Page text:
In Victoria there are three types of Power of Attorney (POA) Forms:
2️⃣ Enduring Power of Attorney [this document]; and a
3️⃣ Supportive Power of Attorney (SPOA).
If you want the Power of Attorney (POA) to continue after you lose your decision-making capacity you must use an Enduring Power of Attorney (EPOA).
You need to consider that an Attorney will have enormous power over your financial + legal affairs.
You can appoint anyone you will agree to take on the responsibility.
You should choose a person whom you can trust and who will manage your finances in a responsible way.
Usually one or more family members or close friends are appointed as Power of Attorney, alternatively you may prefer to approach the States Trustees VIC or a private trustee company or lawyer to act as your attorneys, but fees will apply.
A person appointed as an Attorney must not be insolvent and must disclose to you any convictions of an offence involving dishonesty.
In order to be able to grant an Enduring Power of Attorney (EPOA), you must:
1️⃣ Be 18 years of age or over; and
2️⃣ Have decision-making capacity in relation to making the Enduring Power of Attorney (EPOA).
The term decision-making capacity is defined in section 4 of the Powers of Attorney Act 2014 (VIC).
A person has the capacity to make a decision as to a matter if the person is able to:-
➲ Understand the information relevant to the decision and the effect of the decision;
➲ Retain that information to the extent necessary to make the decision;
➲ Use or weigh that information as part of the process of making the decision; and
➲ Communicate the decision and the person's views and needs as to the decision in some way, including by speech, gestures or other means.
Yes. A Power of Attorney [whether a POA or EPOA] is an important + powerful legal document.
You should get legal advice before you sign it.
An Enduring Power of Attorney (EPOA) must be in the approved written form and comply with the requirements outlined in the Powers of Attorney Act 2014 (VIC):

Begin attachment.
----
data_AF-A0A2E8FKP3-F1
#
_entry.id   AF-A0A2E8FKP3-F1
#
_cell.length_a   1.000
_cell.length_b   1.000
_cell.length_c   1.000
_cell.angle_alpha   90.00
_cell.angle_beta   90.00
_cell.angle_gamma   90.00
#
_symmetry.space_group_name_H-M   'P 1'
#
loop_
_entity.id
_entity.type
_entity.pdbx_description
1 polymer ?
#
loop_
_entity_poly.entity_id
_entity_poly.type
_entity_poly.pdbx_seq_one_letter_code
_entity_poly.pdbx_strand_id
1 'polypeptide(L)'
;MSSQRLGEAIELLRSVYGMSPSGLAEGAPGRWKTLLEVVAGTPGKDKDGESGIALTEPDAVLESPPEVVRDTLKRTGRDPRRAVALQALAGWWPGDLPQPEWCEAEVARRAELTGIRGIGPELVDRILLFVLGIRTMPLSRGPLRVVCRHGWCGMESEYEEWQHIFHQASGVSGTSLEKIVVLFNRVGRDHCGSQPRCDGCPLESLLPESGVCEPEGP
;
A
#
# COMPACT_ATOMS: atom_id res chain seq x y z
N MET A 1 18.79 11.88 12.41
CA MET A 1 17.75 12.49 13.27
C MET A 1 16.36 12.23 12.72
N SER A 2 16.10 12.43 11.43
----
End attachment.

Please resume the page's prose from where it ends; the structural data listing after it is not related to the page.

1️⃣ The Enduring Power of Attorney (EPOA) form must be signed and dated by two adult witnesses in the presence of each other and the principal;
2️⃣ One witness must be a medical practitioner or a person authorised to witness the signing of an affidavit, such as a lawyer;
3️⃣ Each witness must sign a certificate containing information required by the legislation.
This includes a statement that the principal has signed the enduring power of attorney freely and voluntarily in the presence of the witness and appears to have decision-making capacity;
4️⃣ Each Attorney must sign and date a statement of acceptance in the appropriate form for the Enduring Power of Attorney to be valid; and
5️⃣ The Attorney must keep accurate records of all dealings and transactions made pursuant to the Enduring Power of Attorney (EPOA).
The prescribed form for the VIC Enduring Power of Attorney (EPOA) notes that a Power of Attorney cannot be used for health decisions.
No, registration with the Titles Office is not essential.
➲ In order for your Attorney to sell, mortgage, lease more than 3 years, or otherwise deal with your real estate registration with the VIC Titles Office is required.
It is advisable to register your POA or EPOA so that it is:
➲ On record as a public document;
➲ Safe from loss or destruction; and
➲ More easily accepted as evidence that your Attorney is allowed to deal with your legal + financial affairs.
After you have signed a General (Non-Enduring) Power of Attorney you still continue to have the authority to deal with your own legal + financial affairs as long as you retain decision-making capacity.
It is at the point of time when you lose your decision-making capacity where the crucial difference between the three types of Power of Attorney becomes apparent.
Important: Once you have lost your decision-making capacity you have no ability to create another Power of Attorney or any other legal document.
The question of decision-making capacity is a complex one.